Sorry, Pete, but I think this is backwards. I call in evidence Robinson’s Old Tom, and other non-bottle-conditioned bottled beers of style and distinction. It’s true that CAMRA officially refers to bottle-conditioned beers as “real ale in a bottle“, and there have been occasional attempts to rally the faithful against bottled beers that aren’t bottle-conditioned, but they’ve never got much of a head of steam behind them. Non-b.c. bottled beer doesn’t have a bad name in the way that keg does, and the reason is that most of us drink it and we know that it’s often very good. So should we start referring to the likes of Old Tom as a “craft beer”? I’m sorry, I’ll type that again. So why should we start referring to the likes of Old Tom as a “craft beer”? The fact that they aren’t “real ale” has never got in their way: people who like good beer are capable of recognising it irrespective of labels.

The point isn’t that the label of “real ale” is too narrow to encompass all good beer; the point is that “real ale” refers to one specific front in the campaign for good beer. Cask vs keg is the part of the broader campaign which was of overriding importance when CAMRA was founded; it may not be as important now, but I’d argue that it hasn’t gone away (or else there’d hardly be any call for someone to write a Cask Report). Lots of keg bitter out there, or should I say keg “smooth” – which has come to be seen as a style in its own right (and you can’t get it out of those funny big pumps). Lots of room for promotion of “real ale”, even if “real ale” isn’t the be-all and end-all of good beer.

I’m an amateur folk-singer, and I frequently get into similar arguments about what is and isn’t “folk”: people will insist that a brand-new song should be seen as a “folk song”, because it’s in the folk style or it has the folk spirit, or something. Dig a bit deeper and what you often find is that they’re using “folk” as a synonym for “good”: it matters immensely to them that the label of “folk” should be stretched to cover what they’ve just written, because otherwise you’d be saying it was no good. Something similar seems to be going on when we’re told that “real ale” ought to be stretched to cover specially selected examples of keg beer, or else replaced with a new label that will be easier to stretch. I’d much rather answer the question of whether a keg BrewDog or Thornbridge beer is “real ale” with a flat No, and then consider the completely separate question of whether it’s any good. (Which it might be, or it might not; the scoreboard on a recent tasting of Thornbridge keg by some bloggers I trust could be summed up as “good but cold, fizzy and lacking in subtlety”. As for BrewDog, to my knowledge they brew some stupendous beer – on cask. I think their current commitment to keg is pushing contrarianism to daft and counter-productive lengths. So no change there.)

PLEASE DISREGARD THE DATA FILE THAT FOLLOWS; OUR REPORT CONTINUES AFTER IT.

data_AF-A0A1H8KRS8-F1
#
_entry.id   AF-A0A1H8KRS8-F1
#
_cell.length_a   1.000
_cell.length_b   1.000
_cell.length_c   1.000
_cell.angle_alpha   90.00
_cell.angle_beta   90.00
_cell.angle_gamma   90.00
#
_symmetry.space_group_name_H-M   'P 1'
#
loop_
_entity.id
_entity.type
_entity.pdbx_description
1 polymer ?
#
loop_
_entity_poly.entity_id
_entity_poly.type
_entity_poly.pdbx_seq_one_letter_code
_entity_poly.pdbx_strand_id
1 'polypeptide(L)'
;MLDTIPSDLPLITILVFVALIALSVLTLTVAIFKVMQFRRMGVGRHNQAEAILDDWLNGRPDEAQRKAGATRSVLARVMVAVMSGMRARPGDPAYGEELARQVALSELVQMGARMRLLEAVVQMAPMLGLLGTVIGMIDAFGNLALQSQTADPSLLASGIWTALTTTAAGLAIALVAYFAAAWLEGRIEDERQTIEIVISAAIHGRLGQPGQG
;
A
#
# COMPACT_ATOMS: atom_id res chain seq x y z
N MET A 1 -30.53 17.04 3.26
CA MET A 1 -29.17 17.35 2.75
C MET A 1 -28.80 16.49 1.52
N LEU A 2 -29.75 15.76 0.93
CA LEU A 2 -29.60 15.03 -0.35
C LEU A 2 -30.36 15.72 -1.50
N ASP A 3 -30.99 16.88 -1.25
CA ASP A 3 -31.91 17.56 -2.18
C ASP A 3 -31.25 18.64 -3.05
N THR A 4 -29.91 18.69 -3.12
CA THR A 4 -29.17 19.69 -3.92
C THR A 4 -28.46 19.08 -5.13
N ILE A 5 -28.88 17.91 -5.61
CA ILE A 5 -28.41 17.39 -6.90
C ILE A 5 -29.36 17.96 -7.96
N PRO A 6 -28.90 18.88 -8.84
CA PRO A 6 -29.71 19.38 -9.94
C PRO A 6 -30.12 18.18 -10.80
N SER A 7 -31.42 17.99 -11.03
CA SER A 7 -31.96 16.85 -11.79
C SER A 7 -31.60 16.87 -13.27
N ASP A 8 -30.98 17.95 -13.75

Anyway, back to Pete:

I would bet my house that for most CAMRA members, ‘real ale’ means beer that has been made ‘properly’, with love, and care, by people who care about taste.

I agree that those are the connotations of “real ale”, but that’s a long way from saying that that’s what it means. Do most CAMRA members think that all beer that’s been made ‘properly’ (etc) is “real ale”? Do they think that cask ale ceases to be “real ale” if it’s been thrown together any old how – or, more realistically, if it’s been brewed in industrial quantities by a company that’s run by accountants? I’d be surprised if many people did. I think most people who care enough about the term “real ale” to use it are aware that it’s not a synonym of “good beer”.

The whole point of ‘craft beer’ is that it is vague enough to encompass a broad church of beer. It’s imprecise, but most people would guess what it means and broadly agree on what is and isn’t craft beer.

It says “hand-made, possibly with twigs in” to me – which clearly rules out these people‘s products, in or out of a keg. Seriously, the great strength of “real ale” is that it means the same thing whether you care about it or not. “Craft beer”, at least in the UK, seems to mean nothing much more than “a beer made by a member of the club of people who like using the term ‘craft beer'”.

Oh, and it’s not a ‘marketing exercise’ – it’s popular because it works for fans of great tasting beer

I didn’t say it was. I said it was “an arbitrary bit of marketing jargon that a few brewers and their fans like to apply to their beers”, and I haven’t really been persuaded otherwise. But perhaps I’d qualify that now to “arbitrarily imported” – I’m coming round to thinking that the term does, just about, mean something in the USA.

Ah, the USA… home of many fine small breweries and many drinkers of strange and interesting beers, several hundred of whom came through here after learning about my post via BeerAdvocate or Reddit. I was going to say something about their reaction and what I learned from it, but I’ve spent long enough on this already. More another time. Here’s one comment I particularly enjoyed:

To be fair, when reading a UK blogger’s opinion on beer, you have to take into account the effects of insular dwarfism on the island’s beer, beer culture, and the palate of those consuming beer.

This is a frequent phenomenon in the natural world and to critique the behavior of the British isle’s population without taking it into account would be unfair. When you take into account the isolation and limited resources an island habitat produces, it makes sense that beer would slowly evolve to survive with a lesser amount of fermentables, hops, carbon dioxide, and refrigeration.

Consequently, when someone from this environment sees a beer with high IBU’s and Alcohol content, it is seen as a grotesquely large freak of nature and is likely to offend their encoded notions of how beer should be produced.

Discuss.